PULLMAN, Wash. – The first wine business management graduating class at Washington State University is small but full of promise. All three of the May 7, 2011 graduates were offered jobs in the Washington wine industry, and two have accepted.
 
Begun in fall 2009 after years of planning, the program is “resource neutral,” said Dennis Reynolds, wine business management director in the School of Hospitality Business Management. It drew from classes already offered so there was no extra cost to the university, he said.
 
With the only school of hospitality business management to offer a wine business management major, WSU is receiving calls weekly from potential students about the program, Reynolds said. The new major also differentiates WSU because it is the only university in the country to offer a wine business major and viticulture and enology major.
 
The inspiration behind the program is “that no one is preparing leaders for the business side of our global wine industry,” he said. “It is becoming a major industry for the state of Washington, and no one is serving that need.”
 
The new major prepares students for managing functions such as marketing, promotion, distribution and, to a certain extent, production. Upon graduation, graduates will be equipped to manage wineries and work in retail and distribution.
The program is hoping to raise $250,000 for a program “storefront,” or location, to give it more presence at WSU, Reynolds said. The storefront will include a tasting station for students and a receptionist area for the wine business management program.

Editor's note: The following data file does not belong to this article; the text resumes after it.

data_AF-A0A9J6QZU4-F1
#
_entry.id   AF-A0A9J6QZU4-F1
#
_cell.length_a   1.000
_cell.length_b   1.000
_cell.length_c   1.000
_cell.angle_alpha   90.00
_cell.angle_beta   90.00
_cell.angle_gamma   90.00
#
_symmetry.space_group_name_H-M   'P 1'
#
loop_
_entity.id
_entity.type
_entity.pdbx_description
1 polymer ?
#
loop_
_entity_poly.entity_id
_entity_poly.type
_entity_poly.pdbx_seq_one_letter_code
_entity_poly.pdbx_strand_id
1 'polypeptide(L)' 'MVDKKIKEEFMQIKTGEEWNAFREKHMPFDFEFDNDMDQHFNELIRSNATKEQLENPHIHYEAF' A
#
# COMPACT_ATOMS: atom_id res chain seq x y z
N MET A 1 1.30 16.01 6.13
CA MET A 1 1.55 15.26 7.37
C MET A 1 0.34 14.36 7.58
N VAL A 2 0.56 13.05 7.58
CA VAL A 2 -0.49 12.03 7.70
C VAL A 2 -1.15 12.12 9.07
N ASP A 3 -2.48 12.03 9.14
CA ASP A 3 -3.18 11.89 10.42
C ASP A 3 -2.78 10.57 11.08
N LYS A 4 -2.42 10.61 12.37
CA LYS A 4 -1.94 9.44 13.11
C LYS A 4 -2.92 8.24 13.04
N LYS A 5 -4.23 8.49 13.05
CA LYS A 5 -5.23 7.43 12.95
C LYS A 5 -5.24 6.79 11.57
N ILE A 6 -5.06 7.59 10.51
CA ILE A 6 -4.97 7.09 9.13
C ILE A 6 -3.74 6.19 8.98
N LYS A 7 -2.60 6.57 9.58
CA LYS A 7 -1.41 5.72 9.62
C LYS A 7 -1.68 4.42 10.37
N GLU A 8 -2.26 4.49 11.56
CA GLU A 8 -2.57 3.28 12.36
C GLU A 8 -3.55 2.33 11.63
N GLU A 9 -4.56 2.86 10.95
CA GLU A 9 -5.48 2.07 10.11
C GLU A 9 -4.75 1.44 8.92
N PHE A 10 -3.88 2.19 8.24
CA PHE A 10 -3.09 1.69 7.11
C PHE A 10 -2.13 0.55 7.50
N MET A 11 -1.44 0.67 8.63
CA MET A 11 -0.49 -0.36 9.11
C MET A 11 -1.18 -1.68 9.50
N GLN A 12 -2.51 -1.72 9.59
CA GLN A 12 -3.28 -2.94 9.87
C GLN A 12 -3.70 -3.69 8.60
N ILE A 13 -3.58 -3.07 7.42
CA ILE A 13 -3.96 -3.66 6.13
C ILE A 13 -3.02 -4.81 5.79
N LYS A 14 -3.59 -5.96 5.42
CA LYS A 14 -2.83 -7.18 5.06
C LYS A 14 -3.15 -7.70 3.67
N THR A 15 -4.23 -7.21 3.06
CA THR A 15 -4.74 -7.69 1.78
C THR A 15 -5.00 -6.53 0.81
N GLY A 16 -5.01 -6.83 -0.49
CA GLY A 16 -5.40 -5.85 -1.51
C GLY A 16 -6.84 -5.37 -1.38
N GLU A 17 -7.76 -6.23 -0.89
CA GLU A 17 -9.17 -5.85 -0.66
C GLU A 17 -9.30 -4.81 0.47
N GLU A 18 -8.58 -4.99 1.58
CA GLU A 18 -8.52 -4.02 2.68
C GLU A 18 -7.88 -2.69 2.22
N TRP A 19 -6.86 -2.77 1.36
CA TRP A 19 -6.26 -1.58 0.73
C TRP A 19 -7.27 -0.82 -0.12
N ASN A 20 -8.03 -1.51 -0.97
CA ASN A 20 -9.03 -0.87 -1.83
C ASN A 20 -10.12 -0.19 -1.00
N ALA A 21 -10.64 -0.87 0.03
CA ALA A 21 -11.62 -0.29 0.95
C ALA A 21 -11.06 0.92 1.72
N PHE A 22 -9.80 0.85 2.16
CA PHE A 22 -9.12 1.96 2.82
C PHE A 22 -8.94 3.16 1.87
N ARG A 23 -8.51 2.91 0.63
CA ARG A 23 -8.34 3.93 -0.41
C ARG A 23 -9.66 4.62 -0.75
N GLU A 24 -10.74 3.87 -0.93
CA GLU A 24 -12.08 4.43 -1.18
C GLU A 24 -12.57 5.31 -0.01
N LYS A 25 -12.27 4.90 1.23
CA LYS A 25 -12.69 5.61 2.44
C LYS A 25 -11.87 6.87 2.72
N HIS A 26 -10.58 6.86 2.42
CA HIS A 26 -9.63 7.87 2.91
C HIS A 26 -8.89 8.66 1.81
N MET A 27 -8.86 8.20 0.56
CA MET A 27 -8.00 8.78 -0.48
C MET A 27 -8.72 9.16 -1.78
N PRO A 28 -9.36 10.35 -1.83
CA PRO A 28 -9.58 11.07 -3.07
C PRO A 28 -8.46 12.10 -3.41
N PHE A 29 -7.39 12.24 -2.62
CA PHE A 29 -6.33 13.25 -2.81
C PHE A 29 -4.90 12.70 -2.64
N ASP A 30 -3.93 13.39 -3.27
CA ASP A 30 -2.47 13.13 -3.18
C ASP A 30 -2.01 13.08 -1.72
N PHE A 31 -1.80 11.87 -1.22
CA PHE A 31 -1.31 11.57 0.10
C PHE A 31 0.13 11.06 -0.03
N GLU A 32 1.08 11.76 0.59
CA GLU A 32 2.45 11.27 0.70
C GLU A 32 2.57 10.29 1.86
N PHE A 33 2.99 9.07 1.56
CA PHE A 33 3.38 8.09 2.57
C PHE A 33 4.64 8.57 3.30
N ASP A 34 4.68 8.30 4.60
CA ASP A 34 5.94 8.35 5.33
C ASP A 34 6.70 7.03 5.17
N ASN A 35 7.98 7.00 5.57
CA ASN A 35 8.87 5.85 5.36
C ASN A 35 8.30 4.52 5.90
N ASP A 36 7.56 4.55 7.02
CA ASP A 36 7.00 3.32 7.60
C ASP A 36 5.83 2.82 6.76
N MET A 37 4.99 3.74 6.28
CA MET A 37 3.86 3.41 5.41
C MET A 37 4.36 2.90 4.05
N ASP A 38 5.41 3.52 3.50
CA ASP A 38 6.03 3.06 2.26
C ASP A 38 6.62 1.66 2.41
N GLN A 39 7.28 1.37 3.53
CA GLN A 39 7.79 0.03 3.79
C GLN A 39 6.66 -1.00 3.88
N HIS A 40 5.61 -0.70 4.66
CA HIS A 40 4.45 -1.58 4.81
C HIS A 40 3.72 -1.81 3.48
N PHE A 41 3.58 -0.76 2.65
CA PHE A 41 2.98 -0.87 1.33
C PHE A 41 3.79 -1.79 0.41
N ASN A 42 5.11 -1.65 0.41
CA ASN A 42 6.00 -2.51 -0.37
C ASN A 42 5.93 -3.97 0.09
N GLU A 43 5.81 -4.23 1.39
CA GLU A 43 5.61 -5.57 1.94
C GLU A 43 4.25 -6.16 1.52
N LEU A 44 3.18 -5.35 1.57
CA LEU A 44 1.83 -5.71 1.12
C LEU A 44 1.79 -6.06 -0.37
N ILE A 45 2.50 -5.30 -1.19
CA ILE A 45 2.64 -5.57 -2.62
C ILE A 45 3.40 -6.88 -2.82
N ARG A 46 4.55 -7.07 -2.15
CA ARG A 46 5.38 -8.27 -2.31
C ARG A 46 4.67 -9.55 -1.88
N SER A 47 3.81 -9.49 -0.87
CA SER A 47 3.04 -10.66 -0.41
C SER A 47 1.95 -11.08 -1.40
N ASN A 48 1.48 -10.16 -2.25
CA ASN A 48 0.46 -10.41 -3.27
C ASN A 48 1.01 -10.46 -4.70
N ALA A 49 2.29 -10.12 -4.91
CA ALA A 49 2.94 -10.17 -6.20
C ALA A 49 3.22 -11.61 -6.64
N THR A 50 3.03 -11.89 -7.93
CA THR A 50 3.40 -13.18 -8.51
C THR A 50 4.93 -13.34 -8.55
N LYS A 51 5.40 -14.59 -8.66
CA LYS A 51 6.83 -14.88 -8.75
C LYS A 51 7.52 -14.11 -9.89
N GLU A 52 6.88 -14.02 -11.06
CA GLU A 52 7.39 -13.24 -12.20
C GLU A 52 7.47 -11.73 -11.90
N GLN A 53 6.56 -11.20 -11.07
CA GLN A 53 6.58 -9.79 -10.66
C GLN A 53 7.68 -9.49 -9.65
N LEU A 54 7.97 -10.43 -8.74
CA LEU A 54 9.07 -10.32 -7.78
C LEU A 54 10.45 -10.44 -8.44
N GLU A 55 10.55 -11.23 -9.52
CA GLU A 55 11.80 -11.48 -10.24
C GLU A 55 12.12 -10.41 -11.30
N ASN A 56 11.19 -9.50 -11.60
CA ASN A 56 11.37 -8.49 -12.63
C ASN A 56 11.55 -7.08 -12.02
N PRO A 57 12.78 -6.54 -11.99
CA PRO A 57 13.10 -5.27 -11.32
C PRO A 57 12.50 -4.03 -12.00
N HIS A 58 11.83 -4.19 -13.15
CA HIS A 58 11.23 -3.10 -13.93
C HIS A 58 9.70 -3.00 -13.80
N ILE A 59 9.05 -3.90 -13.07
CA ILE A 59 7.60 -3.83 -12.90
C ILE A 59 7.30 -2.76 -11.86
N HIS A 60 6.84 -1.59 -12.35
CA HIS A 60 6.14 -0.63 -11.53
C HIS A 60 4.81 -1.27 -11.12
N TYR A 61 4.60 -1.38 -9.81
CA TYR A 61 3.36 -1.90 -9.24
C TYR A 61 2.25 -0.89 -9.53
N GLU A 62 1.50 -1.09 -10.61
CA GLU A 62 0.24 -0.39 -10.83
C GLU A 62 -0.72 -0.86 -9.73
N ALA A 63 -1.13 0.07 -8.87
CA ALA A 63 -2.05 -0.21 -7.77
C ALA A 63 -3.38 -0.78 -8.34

Two of the soon-to-be wine business management graduates, Carlye Rice, from Silverdale, and Dana Johnson, Moses Lake, transitioned from hospitality business management majors last year. Both are double majoring in hospitality business management and wine business management. The third graduate was unavailable for comment.
 
“I like taking viticulture and enology classes with a business background,” Rice said. “A lot of the wine industry doesn’t have a business background,” Johnson said. “Our expertise is going to be helpful.”
 
“Instead of making wine, we are selling wine,” she said.
 
Last summer, Johnson held an internship in Napa Valley, Calif., at Boyd Family Vineyard. She has two job offers in the Tri-Cities area.
 
Rice has accepted a position at Figgins Family Wine Estates in Walla Walla as brand manager.
 
This year, Rice worked with Reynolds in a wine business research project. They looked at data for U.S. wine sales and compared whether or not different state wine laws affected sales.
 
Rice presented her research and was one of two first place finishers, as well as one of the first business students to enter, at the WSU Spring 2011 Undergraduate Research Symposium.
 
In addition, both students have taken small business classes outside the hospitality business management program, such as small business policy and entrepreneurial marketing, because most of the Washington wine industry is small business, Rice said.
 
The degree will be helpful for the Washington state wine industry because there is a lot of opportunity for growth, she said.
 
The curriculum includes introduction to botany, vines and wines, beverage management, horticulture and crops, and business classes, said Johnson.
 
Students will have the opportunity to find jobs in restaurants, wine shops and distribution companies, she said. They could work as winery events planners and even work toward becoming sommeliers, or wine experts, she said.
 
“If you don’t like wine, it doesn’t mean you can’t acquire a taste,” Rice said.